ENID, Okla. — Enid City Commission voted against an ordinance requiring people to wear masks in public areas after an emergency meeting lasting more than four hours Wednesday.
All members of the commission were in attendance in person with the exception of Ward 3 Commissioner Ben Ezzell, who joined the meeting via Zoom.
Mayor George Pankonin, Ward 1 Commissioner Jerry Allen, Ward 2 Commissioner Derwin Norwood, Ward 5 Commissioner Rob Stallings and Ward 6 Commissioner David Mason voted against the ordinance. Ezzell and Ward 4 Commissioner Jonathan Waddell voted in favor of it.
Under the ordinance, masks would have been required in all indoor public facilities with these exceptions:
• Children under 5 years old.
• People for whom a mask would impair an existing health condition.
• People in communication with a person with a disability when a mask would impede the disabled person understanding.
• People with a disability that makes masks impractical.
• People who are maintaining social distancing.
• People in their own homes, the homes of companions, or family members.
• People receiving personal care requires a mask not be worn.
• People exercising or engaging in sports while maintaining social distancing and where proper measures are in place for sanitizing surfaces.
• Public safety personal.
• People whose occupation does not allow the wearing of a mask.
• People who are eating or drinking while maintaining social distance other than with their family members or companions.
Norwood said these exceptions meant the ordinance essentially is what the city already has in place. Currently, the city encourages people to wear masks and practice social distancing.
Ezzell said the ordinance was needed because it puts teeth into the emergency declaration the city has in place with a $100 to $200 fine for noncompliance, plus expenses.
“I don’t want it to come back on the city and have individuals say (enforcement is) discriminating against certain ones,” Norwood said.
Enid Police Chief Brian O’Rourke said during public comment the ordinance was unenforceable.
“It’s difficult to enforce,” O’Rourke said. “I really don’t want to put our officers in that position.”
The public discussion portion of the meeting lasted nearly 3 1/2 hours, with around 50 people speaking to commissioners about their opinions on the ordinance. About 40 of them were against the measure for different reasons.
Public discussion on the mandate began with public health officials from Garfield County Health Department, Integris Bass Baptist Health Center and St. Mary’s Regional Medical Center.
Maggie Jackson, Oklahoma State Department of Health community engagement director for Northwest Oklahoma, began with listing the COVID-19 numbers for Garfield County.
Garfield County, as of Wednesday, has 138 cumulative positive cases, 95 recovered and two deaths. There are 41 active cases in Garfield County.
Jackson said from the beginning of March to the beginning of June, Garfield County had about one new COVID-19 case a day. Around June 12, Garfield County spiked to about five to seven cases a day, then dropped again.
“Now, around July 13, we are averaging about five new cases a day,” Jackson said.
Finny Mathew, Bass chief hospital executive, said the medical center supports social distancing, personal hygiene and the mask mandate.
St. Mary’s Dr. Sara Oldham said if the situation gets much worse, Enid will struggle to take care of its residents, as Enid is on a “medical island.”
Enid is not able to transfer patients to other, bigger medical facilities, Oldham said.
“There are some services and specialists we flat out do not have here in Enid,” Oldham said. “If I have a critical patient in the ICU, that critical patient is staying in my ICU, and we are having to find ways to help take care of them because the metro areas are completely full.”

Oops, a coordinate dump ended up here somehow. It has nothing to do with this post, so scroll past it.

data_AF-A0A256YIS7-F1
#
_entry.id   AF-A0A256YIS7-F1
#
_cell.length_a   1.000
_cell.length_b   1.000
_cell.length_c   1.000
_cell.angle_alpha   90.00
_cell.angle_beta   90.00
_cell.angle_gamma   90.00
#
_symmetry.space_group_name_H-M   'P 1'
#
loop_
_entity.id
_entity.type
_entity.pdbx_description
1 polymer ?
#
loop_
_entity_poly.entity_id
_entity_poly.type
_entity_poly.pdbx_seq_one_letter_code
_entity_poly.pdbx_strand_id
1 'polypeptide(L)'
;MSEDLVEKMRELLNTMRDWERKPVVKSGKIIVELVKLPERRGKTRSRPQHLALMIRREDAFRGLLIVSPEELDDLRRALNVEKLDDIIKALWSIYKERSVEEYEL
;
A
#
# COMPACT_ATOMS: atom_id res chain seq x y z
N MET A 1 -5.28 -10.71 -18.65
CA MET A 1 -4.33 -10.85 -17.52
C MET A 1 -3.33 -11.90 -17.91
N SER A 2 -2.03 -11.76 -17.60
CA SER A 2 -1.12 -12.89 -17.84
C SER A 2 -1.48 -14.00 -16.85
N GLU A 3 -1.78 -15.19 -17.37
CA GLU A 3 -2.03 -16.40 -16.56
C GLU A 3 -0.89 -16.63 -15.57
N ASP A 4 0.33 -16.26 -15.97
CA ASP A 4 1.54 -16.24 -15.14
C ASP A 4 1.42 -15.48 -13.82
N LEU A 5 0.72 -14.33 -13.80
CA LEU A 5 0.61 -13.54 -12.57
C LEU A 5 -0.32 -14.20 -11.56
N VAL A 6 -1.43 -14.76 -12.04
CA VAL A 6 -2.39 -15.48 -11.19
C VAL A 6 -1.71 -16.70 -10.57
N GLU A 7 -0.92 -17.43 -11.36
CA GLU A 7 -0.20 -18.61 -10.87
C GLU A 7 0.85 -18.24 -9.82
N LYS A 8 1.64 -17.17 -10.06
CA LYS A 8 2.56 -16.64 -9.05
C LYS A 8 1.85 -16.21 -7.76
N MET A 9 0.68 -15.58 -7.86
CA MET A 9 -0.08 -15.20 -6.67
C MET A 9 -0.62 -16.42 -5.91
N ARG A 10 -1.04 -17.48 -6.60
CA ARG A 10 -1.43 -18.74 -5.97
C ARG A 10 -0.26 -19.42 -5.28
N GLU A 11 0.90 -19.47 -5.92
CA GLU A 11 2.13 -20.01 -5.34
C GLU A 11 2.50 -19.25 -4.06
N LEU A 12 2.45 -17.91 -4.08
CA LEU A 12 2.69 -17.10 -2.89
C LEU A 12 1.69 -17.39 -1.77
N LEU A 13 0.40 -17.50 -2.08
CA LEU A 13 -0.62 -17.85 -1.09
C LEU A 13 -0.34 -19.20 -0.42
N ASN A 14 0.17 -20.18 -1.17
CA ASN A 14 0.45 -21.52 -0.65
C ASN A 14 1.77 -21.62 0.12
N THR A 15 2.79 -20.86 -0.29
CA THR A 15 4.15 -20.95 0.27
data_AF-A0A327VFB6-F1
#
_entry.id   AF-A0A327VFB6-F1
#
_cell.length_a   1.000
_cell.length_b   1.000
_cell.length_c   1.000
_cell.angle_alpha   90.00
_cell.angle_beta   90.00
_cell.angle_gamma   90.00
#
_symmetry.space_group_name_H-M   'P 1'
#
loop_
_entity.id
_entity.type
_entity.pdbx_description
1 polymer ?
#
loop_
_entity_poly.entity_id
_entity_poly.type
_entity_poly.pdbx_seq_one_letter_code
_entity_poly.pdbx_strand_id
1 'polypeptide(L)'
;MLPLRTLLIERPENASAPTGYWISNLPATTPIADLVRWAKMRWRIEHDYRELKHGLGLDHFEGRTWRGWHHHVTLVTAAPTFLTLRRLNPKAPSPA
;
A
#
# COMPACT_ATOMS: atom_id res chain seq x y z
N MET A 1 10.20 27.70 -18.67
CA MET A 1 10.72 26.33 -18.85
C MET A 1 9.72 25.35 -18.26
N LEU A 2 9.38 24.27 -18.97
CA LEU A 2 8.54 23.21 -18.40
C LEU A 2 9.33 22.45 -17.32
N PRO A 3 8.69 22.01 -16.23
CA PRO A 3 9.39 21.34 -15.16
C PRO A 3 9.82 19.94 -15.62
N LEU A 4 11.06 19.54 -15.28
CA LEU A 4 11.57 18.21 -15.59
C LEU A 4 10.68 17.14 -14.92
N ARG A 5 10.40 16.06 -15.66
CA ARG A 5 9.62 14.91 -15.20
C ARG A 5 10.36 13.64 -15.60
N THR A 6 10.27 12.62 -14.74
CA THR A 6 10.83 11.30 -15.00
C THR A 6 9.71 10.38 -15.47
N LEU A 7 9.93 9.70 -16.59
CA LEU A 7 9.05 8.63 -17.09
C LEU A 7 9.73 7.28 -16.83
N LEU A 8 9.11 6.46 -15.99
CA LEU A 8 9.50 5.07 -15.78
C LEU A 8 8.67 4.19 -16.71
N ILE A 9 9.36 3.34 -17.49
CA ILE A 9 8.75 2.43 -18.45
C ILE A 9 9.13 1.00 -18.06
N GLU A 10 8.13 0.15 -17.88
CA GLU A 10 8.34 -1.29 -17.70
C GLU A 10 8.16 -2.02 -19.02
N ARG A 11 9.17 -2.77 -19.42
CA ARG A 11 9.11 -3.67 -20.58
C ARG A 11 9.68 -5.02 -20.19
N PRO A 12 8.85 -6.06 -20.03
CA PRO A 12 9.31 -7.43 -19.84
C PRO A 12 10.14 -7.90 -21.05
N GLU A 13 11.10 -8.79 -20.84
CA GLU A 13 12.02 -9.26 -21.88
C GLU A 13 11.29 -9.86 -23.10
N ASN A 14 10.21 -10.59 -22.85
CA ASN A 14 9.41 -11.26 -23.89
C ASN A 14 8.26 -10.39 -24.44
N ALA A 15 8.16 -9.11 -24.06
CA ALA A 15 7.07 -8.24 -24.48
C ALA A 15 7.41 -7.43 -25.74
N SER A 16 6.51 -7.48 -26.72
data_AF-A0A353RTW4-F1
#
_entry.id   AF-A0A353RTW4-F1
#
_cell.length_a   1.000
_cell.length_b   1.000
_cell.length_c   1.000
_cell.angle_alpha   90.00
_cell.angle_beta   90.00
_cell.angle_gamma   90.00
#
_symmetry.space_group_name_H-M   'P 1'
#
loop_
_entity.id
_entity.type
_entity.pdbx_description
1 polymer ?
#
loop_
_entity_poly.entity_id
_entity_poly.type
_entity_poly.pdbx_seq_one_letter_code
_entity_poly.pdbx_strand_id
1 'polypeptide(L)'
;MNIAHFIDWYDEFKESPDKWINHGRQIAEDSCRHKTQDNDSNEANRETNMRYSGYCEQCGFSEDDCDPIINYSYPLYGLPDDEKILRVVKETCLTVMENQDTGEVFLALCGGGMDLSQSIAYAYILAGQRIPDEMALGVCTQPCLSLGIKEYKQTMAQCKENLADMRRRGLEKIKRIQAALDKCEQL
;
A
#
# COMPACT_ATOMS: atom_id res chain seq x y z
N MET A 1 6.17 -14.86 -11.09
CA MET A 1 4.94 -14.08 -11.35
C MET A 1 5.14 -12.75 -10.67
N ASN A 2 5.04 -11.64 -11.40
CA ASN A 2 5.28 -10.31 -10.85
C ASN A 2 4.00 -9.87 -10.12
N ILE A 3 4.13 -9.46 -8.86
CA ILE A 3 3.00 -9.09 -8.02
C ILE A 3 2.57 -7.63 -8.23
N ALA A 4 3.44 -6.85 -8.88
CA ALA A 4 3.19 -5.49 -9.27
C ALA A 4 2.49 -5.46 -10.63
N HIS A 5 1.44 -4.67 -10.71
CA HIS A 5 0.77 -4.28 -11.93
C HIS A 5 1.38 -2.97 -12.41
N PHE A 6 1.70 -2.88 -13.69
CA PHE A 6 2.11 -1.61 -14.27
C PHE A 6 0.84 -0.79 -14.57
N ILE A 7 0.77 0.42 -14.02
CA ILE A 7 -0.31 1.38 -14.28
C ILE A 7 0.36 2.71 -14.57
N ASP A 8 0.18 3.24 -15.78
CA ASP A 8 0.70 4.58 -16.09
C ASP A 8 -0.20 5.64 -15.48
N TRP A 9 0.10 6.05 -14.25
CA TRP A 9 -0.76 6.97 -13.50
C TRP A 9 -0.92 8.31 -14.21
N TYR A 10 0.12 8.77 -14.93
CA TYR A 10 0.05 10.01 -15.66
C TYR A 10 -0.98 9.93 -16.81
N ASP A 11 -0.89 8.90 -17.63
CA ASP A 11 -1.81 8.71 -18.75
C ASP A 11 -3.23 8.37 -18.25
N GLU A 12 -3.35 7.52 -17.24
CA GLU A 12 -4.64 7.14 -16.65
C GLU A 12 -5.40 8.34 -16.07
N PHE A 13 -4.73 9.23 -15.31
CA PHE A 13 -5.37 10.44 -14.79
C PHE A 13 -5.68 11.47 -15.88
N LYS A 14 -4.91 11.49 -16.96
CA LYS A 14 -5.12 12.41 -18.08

Several residents against the ordinance said it was a violation of their constitutional rights for the city to require them to wear a mask. At least three people, including Wings To-Go manager Brian Hacker, said their claustrophobia would not allow them to wear a mask.
X-ray technician Monica Truluck said she was a “health care worker against masks.”
“(Masks) are not going to do a dang bit of good in my opinion,” Truluck said, after complaining about the facial breakouts masks give her.
She admitted to never being tested for COVID-19 when asked from an audience member.
Several other residents asked for the commissioners to recommend masks, but not mandate them in the city. Others questioned the type of masks the city would require, saying cloth masks do not work.
The Centers for Disease Control and Prevention said in a press release Tuesday that this was not the case.
“In an editorial published today in the Journal of the American Medical Association (JAMA), CDC reviewed the latest science and affirms that cloth face coverings are a critical tool in the fight against COVID-19 that could reduce the spread of the disease, particularly when used universally within communities,” the release stated. “There is increasing evidence that cloth face coverings help prevent people who have COVID-19 from spreading the virus to others.”
The first Enid resident, who was not a health professional, to speak in favor of the mask ordinance was 12-year-old Amy Martinez, who has Type 1 diabetes.
Martinez asked commissioners to mandate masks in the city so she can feel safe.
“The only way to help people like me to have a somehow normal life is to promote social distancing and wear a mask,” Martinez said.
Martinez was one of only 10 residents who spoke in favor of the mandate at Wednesday’s meeting.
NAACP President Lanita Norwood said she wears a mask out of love for others in the Enid community.
“To me, masks equal love,” Norwood said. “We say we love because God is love, and we have a member (of the church) that has cancer, and I can’t love her enough to cover my mouth in case I am asymptomatic?
“That’s not love.”